What kind of “chops” are on your table today? On a moonless October night, with the Milky Way staining the West Texas sky, a burly man in overalls turned off the engine of his mud-caked white Toyota truck. Yelps from coyotes and an owl’s hoot occasionally broke the silence. Then, from an open field, Bob Richardson heard the noise he had been awaiting.

Four of his short-haired scent hounds, which had been released earlier, began to bark from the darkness. Mr. Richardson jumped out of the truck and freed a black pit bull from a cage on the truck’s flatbed. He chased after his pit bull into the darkness toward the barking hounds.

He tripped in a wet ditch but kept running through the milo stalks. When he got to the baying dogs, the light on his miner’s hat revealed that the pit bull, trained for just this purpose, had clamped onto the face of a feral hog.

As he had done thousands of times before, Mr. Richardson, 58, pounced on the snorting beast and tied its feet together, immobilizing it. Within minutes, he had loaded the animal barehanded into a cage.

Mr. Richardson used to run through this brush land northwest of Abilene without any shoes, hence his nickname: Barefoot Bob. But when he worked for the fire department in Abilene, his bosses demanded he don footwear. Now, he wears sneakers, which he buys in bulk at Wal-Mart.

A lot of people in rural Texas catch wild hogs, which can grow to several hundred pounds, and Mr. Richardson traps them like most others. But there is sometimes a twist to Mr. Richardson’s hunts — he spends a few nights a week cruising the dirt roads of Stonewall County, a place with more hogs than people, to run down the wild animals using only his dogs and his bare hands.

It has also become lucrative as Europeans and an increasing number of Americans clamor for wild boar. Mr. Richardson said he made $28,000 last year selling live feral hogs.

“I think it’s a great health-conscious niche market,” said Dick Koehler, to the New York Times, one of Mr. Richardson’s customers and the vice president of Frontier Meats, based in Fort Worth. “It has real potential for growth.”

Mr. Koehler said that about 60 percent of the processed hog meat from his plant ended up on the tables of fancy restaurants in Europe, but that its popularity was growing in the United States. Each year, his company ships more and more hog meat to American restaurants and specialty supermarkets to feed the demands for organic food, Mr. Koehler said.

Even if the taste for wild boar gains a much wider following, there is little chance of overhunting the hogs any time soon.

The animals were introduced to North America as a food source in 1539 by the Spanish conquistador Hernando de Soto, said Billy Higginbotham, a wildlife specialist with the Texas A&M Agricultural Research and Extension Center at Overton.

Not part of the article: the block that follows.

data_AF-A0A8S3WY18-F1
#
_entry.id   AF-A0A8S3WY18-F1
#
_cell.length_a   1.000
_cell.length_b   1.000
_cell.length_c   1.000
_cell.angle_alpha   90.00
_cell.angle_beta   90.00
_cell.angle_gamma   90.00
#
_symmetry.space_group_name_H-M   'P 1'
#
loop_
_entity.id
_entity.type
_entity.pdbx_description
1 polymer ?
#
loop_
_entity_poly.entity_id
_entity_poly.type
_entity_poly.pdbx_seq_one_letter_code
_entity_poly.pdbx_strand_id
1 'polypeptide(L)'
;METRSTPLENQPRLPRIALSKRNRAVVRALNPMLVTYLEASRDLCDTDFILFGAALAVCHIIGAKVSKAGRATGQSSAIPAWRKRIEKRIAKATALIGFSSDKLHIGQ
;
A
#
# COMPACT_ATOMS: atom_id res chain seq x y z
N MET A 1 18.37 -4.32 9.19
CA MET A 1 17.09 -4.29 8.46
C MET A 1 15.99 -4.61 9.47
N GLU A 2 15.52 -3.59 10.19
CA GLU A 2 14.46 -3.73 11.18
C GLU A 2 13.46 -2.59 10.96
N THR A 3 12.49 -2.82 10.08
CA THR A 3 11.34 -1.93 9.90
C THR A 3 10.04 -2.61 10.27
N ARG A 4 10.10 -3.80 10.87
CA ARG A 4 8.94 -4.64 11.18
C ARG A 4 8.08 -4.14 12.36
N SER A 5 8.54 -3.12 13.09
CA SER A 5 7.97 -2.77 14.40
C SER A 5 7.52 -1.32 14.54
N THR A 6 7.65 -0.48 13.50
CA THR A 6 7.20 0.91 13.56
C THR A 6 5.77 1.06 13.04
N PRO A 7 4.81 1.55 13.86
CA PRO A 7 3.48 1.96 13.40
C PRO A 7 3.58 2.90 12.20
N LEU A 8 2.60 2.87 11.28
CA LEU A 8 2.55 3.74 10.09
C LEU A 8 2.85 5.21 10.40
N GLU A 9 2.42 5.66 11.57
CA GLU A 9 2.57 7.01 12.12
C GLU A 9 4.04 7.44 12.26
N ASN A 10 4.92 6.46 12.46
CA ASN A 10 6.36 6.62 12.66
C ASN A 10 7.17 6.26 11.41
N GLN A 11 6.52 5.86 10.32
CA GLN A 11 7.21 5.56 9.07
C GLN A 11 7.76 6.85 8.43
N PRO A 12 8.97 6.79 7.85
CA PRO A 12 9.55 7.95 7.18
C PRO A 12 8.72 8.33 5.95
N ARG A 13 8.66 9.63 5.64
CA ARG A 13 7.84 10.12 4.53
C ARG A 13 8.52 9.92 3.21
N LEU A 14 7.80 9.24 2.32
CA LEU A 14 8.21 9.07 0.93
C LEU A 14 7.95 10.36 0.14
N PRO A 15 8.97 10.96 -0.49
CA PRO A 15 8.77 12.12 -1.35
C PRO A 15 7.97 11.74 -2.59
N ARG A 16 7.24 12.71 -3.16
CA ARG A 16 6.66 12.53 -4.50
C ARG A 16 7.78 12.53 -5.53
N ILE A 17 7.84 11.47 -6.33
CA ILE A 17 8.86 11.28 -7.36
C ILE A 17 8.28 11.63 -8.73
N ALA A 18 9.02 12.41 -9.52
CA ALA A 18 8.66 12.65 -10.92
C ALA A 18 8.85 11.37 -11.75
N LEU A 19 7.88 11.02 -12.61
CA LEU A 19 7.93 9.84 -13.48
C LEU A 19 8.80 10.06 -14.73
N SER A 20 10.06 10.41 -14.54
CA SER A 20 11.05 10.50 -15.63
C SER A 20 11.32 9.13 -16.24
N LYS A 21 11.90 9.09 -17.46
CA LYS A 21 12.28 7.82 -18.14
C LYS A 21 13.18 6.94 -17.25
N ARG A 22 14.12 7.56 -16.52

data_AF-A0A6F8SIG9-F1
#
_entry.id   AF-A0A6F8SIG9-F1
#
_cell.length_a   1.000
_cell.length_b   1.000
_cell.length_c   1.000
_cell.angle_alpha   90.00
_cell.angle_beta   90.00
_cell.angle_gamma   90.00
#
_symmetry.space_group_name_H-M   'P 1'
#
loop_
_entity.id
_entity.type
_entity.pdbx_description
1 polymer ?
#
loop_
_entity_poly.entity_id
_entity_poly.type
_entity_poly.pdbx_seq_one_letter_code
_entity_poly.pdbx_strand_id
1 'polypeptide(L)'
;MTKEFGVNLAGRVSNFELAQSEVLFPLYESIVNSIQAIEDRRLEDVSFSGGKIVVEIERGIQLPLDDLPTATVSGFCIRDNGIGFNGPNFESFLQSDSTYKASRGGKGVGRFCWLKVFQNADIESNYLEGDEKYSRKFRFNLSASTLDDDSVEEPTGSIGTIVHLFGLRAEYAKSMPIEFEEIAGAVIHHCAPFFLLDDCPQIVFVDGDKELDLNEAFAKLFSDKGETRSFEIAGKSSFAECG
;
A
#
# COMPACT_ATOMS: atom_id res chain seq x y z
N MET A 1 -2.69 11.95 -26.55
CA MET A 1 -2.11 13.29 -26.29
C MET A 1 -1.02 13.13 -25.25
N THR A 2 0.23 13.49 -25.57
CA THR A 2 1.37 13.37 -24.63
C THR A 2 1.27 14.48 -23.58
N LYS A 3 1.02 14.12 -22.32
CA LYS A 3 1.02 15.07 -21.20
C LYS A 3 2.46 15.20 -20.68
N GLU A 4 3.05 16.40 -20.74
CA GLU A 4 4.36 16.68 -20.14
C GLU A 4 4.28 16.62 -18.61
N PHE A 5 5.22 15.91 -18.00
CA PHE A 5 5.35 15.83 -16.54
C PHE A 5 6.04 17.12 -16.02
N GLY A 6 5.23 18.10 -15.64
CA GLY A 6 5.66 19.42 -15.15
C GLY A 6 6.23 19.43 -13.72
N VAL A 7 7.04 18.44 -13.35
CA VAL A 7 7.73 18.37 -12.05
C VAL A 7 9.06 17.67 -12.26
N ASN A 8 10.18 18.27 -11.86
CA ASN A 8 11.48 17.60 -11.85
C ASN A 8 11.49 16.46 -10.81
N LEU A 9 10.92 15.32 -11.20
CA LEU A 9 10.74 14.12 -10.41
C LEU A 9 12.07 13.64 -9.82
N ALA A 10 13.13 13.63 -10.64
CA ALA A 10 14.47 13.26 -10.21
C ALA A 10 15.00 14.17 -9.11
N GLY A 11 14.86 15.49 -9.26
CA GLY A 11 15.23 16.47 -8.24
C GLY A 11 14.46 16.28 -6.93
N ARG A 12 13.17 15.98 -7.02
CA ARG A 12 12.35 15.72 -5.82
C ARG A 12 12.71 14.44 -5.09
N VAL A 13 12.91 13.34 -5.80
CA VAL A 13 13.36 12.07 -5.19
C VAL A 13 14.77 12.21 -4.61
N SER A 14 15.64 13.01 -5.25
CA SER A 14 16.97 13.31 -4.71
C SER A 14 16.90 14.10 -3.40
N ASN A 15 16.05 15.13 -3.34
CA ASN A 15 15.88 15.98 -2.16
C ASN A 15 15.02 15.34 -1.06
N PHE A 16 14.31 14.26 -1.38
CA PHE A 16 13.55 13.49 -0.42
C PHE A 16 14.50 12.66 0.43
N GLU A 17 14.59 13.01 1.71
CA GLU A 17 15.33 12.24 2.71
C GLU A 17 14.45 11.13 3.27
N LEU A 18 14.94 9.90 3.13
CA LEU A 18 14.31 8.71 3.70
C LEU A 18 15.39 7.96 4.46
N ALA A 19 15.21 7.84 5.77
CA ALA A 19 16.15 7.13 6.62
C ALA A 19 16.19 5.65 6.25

During the 1800s and 1900s, escaped domestic pigs became feral, sprouted tusks and grew coarse black hair. They crossbred with Russian boars, brought to North America for food and sport. The resulting hybrid wild boar has spread across the country, increasing in number to an estimated four million in 39 states, Mr. Higginbotham told the paper.

The population of feral hogs has ballooned for a combination of reasons, Mr. Higginbotham said. For one, he said, they are intelligent animals. Also, they will eat just about anything and are highly adaptable to changing food sources.

Wild pigs are prolific breeders. A sow can be ready for her first litter of four to six offspring within six months, and a mature sow can birth two litters a year, Mr. Higginbotham said.

In Texas, hunters bait deer with 300 million pounds of corn annually, he said, and the hogs eat a large percentage of the bait. Hunters sometimes capture feral hogs and release them into areas of the state where they had not lived before.

Wild hogs can bring new problems. In Texas alone, the aggressive, omnivorous and razor-toothed animals cause nearly $52 million in damage a year to farmland, livestock and pastures, according to the Texas Cooperative Extension.

Jerry Eddins, the owner of the 10,000-acre J. Duke Ranch where Mr. Richardson hunts, is a serious quail hunter. Every year, he spreads grain to feed the birds, but hogs eat the bird food, along with whatever quail eggs they come across.

“They eat anything. They really don’t have a natural predator,” Mr. Eddins said. “So, Barefoot Bob Richardson is the natural predator.”

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